At some point, we’ve all been wronged. Perhaps you were in an abusive relationship or a friend turned her back on you, and you’ve carried bitterness and resentment with you ever since. You likely had no choice in what happened to you, but here’s the good news: you do have a choice in how you react to this adversity and how you will live the rest of your life. Is it time to release the heavy burdens of anger and bitterness that have weighed you down for so long?
Before continuing, let’s clarify what forgiveness is not. To forgive is not to excuse, justify, pardon or condone what someone else did. Furthermore, forgiveness does not mean that you reconcile with this person or that you invite him or her back into your life. The purpose of forgiveness is to free yourself from the negative thoughts and emotions that so often accompany a grudge. Indeed, a great deal of research suggests that there are negative consequences for those who find it difficult to forgive.
A lack of forgiveness is often accompanied by resentment, which is associated with feelings of depression and anxiety. Furthermore, people who are less forgiving are more likely to be hateful, angry and neurotic. On the other hand, forgiving people are more likely to be happy and physically healthy.
However, such benefits can take time. One study demonstrated that emotionally abused women who participated in forgiveness therapy experienced greater self-esteem and reduced feelings of depression and anxiety, compared to people in standard therapy. Notably, these women were in forgiveness therapy once a week for eight months, on average.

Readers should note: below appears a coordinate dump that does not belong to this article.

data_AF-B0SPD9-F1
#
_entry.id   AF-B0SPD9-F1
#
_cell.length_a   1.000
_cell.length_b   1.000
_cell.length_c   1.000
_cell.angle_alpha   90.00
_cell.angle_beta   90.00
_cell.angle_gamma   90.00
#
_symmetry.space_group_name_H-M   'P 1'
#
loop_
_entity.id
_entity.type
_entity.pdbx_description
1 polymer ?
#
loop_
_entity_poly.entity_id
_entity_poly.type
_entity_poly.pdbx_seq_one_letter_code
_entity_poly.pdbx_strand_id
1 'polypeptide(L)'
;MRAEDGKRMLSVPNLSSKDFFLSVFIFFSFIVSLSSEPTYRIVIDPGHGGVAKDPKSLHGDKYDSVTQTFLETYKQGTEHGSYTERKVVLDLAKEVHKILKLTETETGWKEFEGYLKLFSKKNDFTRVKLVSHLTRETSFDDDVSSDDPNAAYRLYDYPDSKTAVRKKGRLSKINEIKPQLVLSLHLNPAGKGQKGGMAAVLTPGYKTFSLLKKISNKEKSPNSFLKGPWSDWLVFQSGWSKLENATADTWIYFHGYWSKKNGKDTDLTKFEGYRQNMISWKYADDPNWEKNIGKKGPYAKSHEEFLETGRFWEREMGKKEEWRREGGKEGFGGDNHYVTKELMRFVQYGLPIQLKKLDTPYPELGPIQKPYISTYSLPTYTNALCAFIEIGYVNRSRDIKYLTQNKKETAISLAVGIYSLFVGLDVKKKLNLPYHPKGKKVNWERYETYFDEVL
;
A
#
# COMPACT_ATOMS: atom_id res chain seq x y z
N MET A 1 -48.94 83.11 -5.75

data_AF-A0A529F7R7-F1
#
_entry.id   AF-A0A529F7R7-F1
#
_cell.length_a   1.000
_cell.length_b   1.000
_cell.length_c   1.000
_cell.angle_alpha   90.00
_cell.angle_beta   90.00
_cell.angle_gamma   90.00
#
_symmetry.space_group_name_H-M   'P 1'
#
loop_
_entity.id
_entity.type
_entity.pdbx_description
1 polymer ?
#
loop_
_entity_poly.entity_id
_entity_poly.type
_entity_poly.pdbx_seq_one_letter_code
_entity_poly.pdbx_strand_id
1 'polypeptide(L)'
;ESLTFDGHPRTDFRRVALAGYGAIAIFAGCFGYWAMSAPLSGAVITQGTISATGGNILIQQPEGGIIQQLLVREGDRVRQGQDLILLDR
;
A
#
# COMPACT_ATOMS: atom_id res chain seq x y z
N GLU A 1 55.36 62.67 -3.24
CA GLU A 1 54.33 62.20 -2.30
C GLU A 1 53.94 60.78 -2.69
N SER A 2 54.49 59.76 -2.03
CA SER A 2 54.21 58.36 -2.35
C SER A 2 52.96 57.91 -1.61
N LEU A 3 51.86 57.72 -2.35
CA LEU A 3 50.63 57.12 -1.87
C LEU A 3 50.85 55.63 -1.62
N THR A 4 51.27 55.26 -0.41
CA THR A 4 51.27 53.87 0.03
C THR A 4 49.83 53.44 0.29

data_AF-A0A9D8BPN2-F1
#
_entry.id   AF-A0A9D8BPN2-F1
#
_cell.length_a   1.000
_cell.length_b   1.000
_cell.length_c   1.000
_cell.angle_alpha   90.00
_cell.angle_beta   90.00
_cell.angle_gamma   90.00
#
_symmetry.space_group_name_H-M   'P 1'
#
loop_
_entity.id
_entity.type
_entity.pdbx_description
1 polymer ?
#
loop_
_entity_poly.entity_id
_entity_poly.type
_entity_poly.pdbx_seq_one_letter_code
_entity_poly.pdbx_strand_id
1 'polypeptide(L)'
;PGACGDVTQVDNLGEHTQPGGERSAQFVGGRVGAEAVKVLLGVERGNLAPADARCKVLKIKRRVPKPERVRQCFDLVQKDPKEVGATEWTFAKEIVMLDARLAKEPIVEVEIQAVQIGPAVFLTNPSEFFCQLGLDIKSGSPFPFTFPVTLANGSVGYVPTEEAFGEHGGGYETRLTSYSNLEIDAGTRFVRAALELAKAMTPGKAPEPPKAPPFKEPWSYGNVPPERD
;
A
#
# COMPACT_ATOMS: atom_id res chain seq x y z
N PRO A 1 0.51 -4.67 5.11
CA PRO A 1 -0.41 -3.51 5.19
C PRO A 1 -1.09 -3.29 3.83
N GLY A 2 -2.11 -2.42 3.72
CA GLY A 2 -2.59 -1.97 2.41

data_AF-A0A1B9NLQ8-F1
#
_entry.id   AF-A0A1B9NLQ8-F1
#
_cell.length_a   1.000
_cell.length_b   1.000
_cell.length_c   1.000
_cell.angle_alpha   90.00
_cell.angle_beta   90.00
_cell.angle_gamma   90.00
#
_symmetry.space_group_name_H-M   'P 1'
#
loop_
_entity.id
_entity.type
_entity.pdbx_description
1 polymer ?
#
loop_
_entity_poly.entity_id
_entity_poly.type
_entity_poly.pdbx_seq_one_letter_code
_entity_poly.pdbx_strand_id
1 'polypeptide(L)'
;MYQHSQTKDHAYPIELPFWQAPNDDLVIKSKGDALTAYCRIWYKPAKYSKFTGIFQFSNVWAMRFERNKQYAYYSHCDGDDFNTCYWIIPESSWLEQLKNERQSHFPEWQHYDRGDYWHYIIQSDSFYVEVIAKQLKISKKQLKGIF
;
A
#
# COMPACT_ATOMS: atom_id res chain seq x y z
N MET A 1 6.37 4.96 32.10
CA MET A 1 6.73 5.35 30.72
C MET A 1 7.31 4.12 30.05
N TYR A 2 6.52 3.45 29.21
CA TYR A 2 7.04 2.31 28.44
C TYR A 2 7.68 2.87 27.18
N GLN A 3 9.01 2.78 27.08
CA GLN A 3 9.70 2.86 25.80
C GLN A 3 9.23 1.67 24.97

True forgiveness can be one of the most difficult things you ever do. But, through hard work and perseverance, the benefits are more than worth it. Here are two recommendations for how to begin this process:
Remember when you were forgiven. If you are having trouble forgiving someone, recall a time where you were in the opposite situation—a time when someone else was hesitant to forgive you. Put yourself in the shoes of this person. Why did she forgive you? Did you deserve it? What would your life be like if she never did? What would her life be like if she still held a grudge against you? Remember that one day you may need to be forgiven again, and someone else will be in the same position you are in now. If you would hope to be forgiven, it’s right to do the same for others.
Write a letter.You may not feel comfortable directly contacting the person who wronged you, and that’s okay. Nonetheless, you may benefit greatly from writing a letter detailing what happened, how you felt about it, and what you wish he or she would have done instead. Finally, do your best to express forgiveness and understanding toward that person. Think carefully about whether you should actually send the letter — when in doubt, wait a while longer.
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